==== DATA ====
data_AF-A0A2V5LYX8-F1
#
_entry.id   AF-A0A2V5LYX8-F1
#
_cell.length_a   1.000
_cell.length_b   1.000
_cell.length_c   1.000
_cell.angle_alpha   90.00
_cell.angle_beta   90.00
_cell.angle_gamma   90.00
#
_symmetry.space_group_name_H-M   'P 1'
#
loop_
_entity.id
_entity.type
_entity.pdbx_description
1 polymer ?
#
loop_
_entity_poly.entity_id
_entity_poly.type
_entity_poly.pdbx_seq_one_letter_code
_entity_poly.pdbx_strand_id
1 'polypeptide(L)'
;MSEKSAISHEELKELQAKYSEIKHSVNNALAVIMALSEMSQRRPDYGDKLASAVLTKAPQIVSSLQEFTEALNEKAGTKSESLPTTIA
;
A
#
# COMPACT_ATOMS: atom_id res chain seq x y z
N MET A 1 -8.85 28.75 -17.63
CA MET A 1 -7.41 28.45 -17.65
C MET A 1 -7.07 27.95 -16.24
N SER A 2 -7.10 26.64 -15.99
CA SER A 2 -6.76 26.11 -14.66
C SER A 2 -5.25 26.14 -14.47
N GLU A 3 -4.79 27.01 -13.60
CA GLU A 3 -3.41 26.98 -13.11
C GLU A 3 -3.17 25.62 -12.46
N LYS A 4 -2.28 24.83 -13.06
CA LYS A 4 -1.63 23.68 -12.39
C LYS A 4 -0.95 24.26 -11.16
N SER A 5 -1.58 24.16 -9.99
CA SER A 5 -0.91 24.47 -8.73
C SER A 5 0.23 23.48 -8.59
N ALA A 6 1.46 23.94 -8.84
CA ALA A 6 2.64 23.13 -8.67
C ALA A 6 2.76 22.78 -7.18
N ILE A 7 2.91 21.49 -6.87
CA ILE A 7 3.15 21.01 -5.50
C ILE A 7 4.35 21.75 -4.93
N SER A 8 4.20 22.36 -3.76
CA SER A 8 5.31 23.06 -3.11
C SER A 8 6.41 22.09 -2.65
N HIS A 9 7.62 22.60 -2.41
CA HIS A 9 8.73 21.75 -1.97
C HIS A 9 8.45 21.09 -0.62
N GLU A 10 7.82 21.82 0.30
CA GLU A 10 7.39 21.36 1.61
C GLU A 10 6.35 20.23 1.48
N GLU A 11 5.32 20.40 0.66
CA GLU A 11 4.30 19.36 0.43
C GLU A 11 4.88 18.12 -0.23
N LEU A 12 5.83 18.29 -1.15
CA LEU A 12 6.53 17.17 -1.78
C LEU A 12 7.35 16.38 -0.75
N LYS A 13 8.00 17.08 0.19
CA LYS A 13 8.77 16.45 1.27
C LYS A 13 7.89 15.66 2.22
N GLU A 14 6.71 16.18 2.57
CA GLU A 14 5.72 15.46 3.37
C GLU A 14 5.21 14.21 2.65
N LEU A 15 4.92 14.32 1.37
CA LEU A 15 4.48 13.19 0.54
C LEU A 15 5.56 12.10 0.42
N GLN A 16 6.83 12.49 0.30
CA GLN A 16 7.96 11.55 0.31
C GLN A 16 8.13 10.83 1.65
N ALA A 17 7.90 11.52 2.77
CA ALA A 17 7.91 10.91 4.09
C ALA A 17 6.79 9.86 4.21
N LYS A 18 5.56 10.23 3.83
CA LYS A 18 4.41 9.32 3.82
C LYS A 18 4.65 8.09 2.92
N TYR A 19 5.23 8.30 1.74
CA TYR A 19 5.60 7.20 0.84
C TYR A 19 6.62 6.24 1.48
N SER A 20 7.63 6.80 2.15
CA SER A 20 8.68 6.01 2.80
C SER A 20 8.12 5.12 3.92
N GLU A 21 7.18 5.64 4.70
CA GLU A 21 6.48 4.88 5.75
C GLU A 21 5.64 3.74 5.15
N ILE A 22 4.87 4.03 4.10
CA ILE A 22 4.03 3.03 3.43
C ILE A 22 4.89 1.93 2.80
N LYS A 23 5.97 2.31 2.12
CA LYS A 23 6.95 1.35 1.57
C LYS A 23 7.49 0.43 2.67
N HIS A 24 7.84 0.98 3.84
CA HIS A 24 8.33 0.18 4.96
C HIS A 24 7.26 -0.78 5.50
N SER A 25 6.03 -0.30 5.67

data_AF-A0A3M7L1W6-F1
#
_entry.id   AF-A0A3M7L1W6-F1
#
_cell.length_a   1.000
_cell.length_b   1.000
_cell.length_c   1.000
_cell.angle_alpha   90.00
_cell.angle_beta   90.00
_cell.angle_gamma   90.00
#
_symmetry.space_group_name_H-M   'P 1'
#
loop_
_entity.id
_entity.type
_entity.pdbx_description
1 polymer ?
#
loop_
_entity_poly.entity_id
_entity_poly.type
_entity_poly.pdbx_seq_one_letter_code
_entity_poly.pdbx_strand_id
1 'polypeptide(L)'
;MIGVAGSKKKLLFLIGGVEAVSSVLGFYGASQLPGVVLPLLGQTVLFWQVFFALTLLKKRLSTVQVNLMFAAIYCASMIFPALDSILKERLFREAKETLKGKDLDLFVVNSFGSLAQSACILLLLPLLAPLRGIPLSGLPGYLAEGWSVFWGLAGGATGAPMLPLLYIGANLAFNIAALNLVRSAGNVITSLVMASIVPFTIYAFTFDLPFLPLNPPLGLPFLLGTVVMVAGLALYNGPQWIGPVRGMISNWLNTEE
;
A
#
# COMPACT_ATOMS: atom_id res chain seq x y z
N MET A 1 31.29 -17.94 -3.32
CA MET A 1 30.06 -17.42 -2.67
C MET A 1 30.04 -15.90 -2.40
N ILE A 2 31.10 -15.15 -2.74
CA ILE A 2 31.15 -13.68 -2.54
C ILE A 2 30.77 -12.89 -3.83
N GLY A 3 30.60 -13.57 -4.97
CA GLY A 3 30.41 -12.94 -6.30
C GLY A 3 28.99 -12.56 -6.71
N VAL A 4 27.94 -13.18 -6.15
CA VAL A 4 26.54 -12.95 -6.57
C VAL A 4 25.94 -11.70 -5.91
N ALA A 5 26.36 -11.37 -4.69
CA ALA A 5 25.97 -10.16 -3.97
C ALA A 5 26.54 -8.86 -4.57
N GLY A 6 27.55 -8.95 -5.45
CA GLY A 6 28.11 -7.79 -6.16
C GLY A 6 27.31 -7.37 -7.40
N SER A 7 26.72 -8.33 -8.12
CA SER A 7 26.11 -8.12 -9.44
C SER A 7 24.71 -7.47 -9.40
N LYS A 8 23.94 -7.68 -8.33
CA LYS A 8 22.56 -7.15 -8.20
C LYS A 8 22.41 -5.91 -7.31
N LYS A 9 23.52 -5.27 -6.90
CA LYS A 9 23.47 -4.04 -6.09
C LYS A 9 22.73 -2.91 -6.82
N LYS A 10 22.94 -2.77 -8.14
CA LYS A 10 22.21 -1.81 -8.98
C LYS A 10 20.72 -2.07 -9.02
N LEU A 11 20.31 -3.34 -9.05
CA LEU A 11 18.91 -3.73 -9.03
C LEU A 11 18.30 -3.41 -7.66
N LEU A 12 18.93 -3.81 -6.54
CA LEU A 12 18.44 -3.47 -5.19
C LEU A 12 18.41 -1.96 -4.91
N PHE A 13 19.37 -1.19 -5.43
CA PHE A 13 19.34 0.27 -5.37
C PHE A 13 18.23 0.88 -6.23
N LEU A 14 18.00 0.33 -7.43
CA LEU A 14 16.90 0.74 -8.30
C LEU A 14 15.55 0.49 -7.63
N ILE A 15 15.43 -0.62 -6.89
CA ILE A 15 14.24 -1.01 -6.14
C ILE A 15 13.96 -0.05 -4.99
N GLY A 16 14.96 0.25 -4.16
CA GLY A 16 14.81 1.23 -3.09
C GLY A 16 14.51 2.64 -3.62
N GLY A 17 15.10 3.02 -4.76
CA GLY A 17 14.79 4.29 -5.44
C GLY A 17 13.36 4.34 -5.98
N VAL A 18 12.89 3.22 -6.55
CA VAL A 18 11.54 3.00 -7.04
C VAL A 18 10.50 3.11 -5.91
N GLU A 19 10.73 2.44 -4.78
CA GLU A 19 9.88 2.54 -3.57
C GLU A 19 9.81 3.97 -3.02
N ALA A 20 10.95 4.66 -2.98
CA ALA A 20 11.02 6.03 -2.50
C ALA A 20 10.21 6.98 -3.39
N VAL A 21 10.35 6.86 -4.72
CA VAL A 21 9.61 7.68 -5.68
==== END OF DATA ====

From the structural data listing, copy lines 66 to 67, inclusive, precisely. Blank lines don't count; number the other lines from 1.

C LEU A 12 7.35 16.38 -0.75
N LYS A 13 8.00 17.08 0.19